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I live in a lovely, pungent and adventurous district of Ho Chi Minh City. My favorite café ) strews birdseed outside the café on the “sidewalk.” I say “sidewalk” in quotes because the sidewalk is so small, so crowded with motorbikes and food stands, that it’s really more of a slightly-raised shoulder than a sidewalk.
But the sidewalk in front of my café is covered with birdseed, and so it shines a wholesome yellow in the sun, and when the rains roll back the birds fly in, little brown ones happily pecking away. When I walk through them, they rush up right in front of my face. This is probably the favorite part of my day.
When I sit here, drinking strong, strong coffee and lotus tea, I think of the only thing that could make this scene more perfect: storytelling. But I have no idea where to go to hear a good story.
Where do you go to hear stories nowadays? Read the rest of this entry »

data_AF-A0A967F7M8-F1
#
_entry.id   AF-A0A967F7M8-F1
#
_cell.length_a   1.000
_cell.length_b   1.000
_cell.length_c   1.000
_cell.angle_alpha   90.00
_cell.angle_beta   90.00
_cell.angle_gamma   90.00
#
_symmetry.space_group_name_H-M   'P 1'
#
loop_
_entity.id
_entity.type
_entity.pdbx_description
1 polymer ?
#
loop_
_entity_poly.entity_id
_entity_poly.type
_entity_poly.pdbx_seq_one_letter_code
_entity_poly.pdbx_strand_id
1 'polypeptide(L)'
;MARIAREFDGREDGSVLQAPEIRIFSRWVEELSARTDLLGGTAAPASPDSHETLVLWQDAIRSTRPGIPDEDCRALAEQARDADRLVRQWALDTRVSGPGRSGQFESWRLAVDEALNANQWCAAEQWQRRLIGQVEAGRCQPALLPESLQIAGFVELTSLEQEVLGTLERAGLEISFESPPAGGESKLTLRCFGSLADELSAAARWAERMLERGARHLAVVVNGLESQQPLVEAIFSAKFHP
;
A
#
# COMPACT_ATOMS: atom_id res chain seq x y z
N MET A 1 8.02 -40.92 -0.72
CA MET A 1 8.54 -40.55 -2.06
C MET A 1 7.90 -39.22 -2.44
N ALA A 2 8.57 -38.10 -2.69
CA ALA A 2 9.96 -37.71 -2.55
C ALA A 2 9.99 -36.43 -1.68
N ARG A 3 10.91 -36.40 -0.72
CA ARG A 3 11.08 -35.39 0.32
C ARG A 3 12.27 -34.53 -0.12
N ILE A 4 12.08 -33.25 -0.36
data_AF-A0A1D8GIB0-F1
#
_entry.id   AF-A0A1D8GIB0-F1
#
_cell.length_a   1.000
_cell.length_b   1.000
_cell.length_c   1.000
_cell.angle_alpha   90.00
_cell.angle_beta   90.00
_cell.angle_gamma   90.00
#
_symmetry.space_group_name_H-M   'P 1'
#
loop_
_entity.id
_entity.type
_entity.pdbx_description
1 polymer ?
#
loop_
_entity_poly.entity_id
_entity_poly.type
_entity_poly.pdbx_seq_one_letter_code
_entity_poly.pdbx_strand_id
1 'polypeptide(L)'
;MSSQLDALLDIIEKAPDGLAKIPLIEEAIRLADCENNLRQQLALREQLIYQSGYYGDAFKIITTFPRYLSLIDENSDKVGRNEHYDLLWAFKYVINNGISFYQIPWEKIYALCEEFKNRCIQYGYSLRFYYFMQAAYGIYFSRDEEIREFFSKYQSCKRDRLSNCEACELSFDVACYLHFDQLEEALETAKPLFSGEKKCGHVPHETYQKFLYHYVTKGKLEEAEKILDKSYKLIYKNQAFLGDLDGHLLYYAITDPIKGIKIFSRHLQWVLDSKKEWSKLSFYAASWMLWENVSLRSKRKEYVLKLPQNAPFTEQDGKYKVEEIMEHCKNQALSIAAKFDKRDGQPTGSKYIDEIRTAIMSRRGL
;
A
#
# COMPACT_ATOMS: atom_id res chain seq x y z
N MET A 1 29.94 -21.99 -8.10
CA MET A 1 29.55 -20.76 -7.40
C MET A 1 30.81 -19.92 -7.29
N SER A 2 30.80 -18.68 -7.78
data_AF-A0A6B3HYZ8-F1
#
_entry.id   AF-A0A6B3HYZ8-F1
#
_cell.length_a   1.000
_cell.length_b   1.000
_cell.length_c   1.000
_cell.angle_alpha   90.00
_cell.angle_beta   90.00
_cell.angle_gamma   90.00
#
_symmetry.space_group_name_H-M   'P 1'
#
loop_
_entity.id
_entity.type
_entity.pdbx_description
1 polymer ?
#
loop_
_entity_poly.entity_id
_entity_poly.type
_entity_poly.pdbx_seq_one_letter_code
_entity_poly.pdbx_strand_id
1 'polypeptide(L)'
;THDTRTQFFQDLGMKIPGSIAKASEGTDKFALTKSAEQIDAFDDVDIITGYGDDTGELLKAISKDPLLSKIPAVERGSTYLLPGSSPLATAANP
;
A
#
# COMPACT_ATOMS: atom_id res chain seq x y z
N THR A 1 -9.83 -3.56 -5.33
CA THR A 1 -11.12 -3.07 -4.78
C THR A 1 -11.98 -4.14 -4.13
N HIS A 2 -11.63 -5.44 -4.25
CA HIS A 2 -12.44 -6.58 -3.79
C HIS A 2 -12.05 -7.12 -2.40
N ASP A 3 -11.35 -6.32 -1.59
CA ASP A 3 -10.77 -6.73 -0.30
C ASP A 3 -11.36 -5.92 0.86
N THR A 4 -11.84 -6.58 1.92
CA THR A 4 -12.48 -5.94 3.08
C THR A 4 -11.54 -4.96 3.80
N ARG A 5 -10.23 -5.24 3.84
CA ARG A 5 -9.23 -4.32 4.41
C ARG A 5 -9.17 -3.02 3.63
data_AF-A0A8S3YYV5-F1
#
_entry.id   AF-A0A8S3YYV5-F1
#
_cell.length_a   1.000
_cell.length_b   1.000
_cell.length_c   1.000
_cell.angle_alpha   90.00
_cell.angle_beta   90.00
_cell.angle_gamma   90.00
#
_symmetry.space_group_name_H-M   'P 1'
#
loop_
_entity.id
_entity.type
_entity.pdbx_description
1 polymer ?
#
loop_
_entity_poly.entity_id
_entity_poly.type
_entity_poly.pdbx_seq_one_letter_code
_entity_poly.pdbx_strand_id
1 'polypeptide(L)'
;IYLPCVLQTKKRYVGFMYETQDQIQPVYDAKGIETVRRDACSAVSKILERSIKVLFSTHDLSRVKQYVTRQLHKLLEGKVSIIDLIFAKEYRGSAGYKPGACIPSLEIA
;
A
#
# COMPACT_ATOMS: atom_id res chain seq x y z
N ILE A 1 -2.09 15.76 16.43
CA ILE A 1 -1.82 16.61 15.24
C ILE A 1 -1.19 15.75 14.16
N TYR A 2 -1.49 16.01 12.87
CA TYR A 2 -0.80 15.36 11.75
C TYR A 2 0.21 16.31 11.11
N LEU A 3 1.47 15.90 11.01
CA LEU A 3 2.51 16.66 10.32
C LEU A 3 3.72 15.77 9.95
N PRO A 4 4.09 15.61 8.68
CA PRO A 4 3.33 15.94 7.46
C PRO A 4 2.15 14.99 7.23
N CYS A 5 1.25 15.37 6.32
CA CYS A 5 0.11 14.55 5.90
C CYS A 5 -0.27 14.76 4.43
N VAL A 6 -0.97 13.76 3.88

The other day I was talking with one of my best friends about academia. And how it kills absolutely everything it touches. You like Dickens? Take a class on him, that’ll fix that problem. You’re a fan of writing about and analyzing interesting cultural phenomena? Go to grad school, so you can learn to write so well you’ll be unintelligible. Want to share ideas with like-minded people? Learn how to speak jargon so well that you’ll never be understood by humanoid life forms again.
Ah, sweet academia. Being outside it – at last? finally? unfortunately? – feels odd to me. For the first time in a long while, I find myself outside a scholarly community, living in “the real world,” even if only for two years, after which time I shall go to grad school and become a Slave to Academia once more. But this little respite prompts me to ask: is academia useful? For studying fairy tales? Folklore? Does studying something actually partially destroy it, as I’ve suggested elsewhere?